Although Houston and Dallas lead the numbers in Texas NFL player production, Austin is catching up as they’ve produced around 70 players since 1952. These players include Indianapolis Colts’ tight end Kylen Granson and former Atlanta Falcons tight end Ryan Becker, both of whom credit G10 Academy for their success.
Kylen and Becker are like brothers. Both played football together at Marble Falls High School for two years before Kylen relocated to Westlake High School. They eventually reunited at Southern Methodist University and played together as tight ends.
In 2020, Becker began his rookie year as a TE for the Arizona Cardinals but was cut from the team after receiving no preseason playing time. Instead of giving up, he started preparing for another shot at the NFL.
To rebuild strength and courage, Becker called on Kylen’s stepfather, David Granson, who opened a training facility called G10 Academy in 2017 after years of coaching across Texas. David’s unique coaching style and faith in his athletes through G10 helped rebuild Becker mentally and physically.
“I knew I was a good college player, but you don’t really know if you can make it,” Becker says. “Coach Granson believed in me. He kept telling me, ‘Stay patient. Trust me. You’re good enough.’”
What makes David’s coaching style unique is how he focuses on holistic training specialized for young athletes — primarily middle and high school students, some college, and a few professional athletes. But G10 all started with David’s own athlete, his daughter. David eventually returned to school to learn more about strength training and coaching to help her earn a higher-level spot in basketball.
“Nobody wanted to train my oldest daughter because she was a girl,” David says. “So, I taught (her) myself.”
David’s hardcore training is fueled by care for his athletes and their success as he tries to give an edge to student-athletes who were overlooked.
“(These athletes) end up having a lot of success after leaving (G10) because (…) we spent enough time with them to learn what they’re capable of and figured out how to get it out,” David says.
Becker is one of many athletes who David devoted his time, hoping to bring out his edge. After a year of training with David, Becker signed with the Atlanta Falcons in 2021. He was later injured during the preseason, cut from the team in May 2022, and has been recovering and training with David since. Still, Becker hasn’t given up hope and remains patient for an opening on an NFL team as a tight end or deep snapper.
David’s stepson Kylen has also experienced a tremendous leap in his athletic career as a result of David’s coaching. While at Westlake, Kylen experienced two injuries, making him almost unable to try out for a college team. During his senior year, Kylen knew he had to work hard if he wanted to play and trained nearly four times a day to regain his strength. In 2021, Kylen became the fourth-round draft pick for the Indianapolis Colts.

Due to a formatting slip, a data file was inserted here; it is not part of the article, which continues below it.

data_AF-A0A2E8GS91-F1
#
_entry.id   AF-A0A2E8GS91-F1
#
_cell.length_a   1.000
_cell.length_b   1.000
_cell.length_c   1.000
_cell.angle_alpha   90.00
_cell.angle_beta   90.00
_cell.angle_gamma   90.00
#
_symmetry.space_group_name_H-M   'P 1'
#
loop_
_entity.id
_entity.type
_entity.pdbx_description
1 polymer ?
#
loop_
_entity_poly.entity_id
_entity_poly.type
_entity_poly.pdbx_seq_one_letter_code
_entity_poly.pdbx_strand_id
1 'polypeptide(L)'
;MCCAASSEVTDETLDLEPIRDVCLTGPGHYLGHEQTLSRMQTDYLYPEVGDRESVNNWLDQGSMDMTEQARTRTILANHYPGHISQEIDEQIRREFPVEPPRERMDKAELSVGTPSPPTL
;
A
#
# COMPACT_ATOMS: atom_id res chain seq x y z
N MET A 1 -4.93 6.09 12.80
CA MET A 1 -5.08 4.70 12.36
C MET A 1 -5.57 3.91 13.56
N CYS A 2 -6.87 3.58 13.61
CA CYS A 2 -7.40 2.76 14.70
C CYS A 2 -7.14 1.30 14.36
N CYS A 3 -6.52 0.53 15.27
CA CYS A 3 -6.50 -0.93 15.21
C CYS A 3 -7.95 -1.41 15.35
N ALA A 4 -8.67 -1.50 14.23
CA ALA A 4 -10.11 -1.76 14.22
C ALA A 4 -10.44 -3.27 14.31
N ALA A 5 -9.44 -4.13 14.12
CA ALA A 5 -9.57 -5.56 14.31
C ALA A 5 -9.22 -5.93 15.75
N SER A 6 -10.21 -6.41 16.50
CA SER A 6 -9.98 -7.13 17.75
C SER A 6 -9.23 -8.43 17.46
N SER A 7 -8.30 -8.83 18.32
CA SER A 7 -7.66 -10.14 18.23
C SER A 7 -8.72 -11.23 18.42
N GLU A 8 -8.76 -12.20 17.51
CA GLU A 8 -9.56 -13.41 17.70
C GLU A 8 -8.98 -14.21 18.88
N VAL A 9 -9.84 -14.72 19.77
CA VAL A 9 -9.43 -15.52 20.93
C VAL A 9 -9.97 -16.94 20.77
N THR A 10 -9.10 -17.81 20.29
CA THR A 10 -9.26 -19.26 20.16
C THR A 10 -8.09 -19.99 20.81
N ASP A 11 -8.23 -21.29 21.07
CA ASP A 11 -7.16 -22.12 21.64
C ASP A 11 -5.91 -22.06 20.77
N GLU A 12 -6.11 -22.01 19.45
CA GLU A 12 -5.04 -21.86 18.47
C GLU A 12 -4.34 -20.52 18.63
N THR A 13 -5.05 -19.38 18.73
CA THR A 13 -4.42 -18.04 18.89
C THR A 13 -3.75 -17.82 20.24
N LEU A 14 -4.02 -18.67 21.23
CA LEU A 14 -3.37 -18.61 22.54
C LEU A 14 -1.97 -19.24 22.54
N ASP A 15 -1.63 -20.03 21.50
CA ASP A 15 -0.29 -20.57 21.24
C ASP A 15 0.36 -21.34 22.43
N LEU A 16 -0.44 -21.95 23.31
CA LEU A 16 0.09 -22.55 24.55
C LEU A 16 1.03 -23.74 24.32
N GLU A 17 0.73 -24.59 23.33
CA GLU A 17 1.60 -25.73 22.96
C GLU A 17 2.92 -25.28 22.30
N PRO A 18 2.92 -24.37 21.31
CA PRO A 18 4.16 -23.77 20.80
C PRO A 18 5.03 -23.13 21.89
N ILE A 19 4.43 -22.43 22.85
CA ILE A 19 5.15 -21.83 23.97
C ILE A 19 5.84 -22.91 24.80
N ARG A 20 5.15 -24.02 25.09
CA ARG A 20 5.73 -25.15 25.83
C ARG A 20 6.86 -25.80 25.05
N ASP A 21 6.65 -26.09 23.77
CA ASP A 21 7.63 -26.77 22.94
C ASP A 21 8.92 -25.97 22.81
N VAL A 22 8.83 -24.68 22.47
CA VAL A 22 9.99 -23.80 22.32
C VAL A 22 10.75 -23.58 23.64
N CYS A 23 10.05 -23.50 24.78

One reason why David’s coaching is successful is that he uses a small group training approach to train athletes who play team sports. His groups consist of six to 15 athletes, which he says is small enough to be intimate, informational and conducive to their sports.
Small group training also breeds confidence, which, David says, comes through training, development and knowledge of what it takes to be physically strong. Players must understand their motivations and how to apply that to sport and life.
For Army West Point linebacker Leo Lowin, the discipline learned during David’s training helped him establish a healthy routine for his future. Lowin played junior varsity in every sport until his junior year at Westlake, eventually ending up at G10. Lowin credits his career to David’s training as he has become a more functional, confident athlete.
“(Training at G10) helped set me apart from the other guys in my grade,” Lowin says. “(…) I learned a lot about how to work out, eat, sleep. It gave me a body that was ready for college football.”
According to David, knowledge and routine are both parts of building a healthy foundation. He says being mentally and physically healthy means understanding your gifts and how to enhance them.
Lowin says creating good habits early on, like working hard at school and sports, will carry over into the rest of your life. He sought balance at a young age by dedicating weekdays to homework and training and spending one day during the weekend having fun with friends.
“Finding balance is a key to life,” Lowin says.
David’s athletes testify to his coaching through their habits and discipline, on and off the field. Though he has produced excellent football players, David’s G10 Legends roster also includes college and professional soccer, lacrosse, volleyball, softball and basketball players, as well as a collegiate swimmer.
When it comes to building a healthy lifestyle, starting young is key. By making better choices and implementing more movement, you can start training for life.
“Health and wellness is a lifestyle,” David says. “A good routine yields good results.”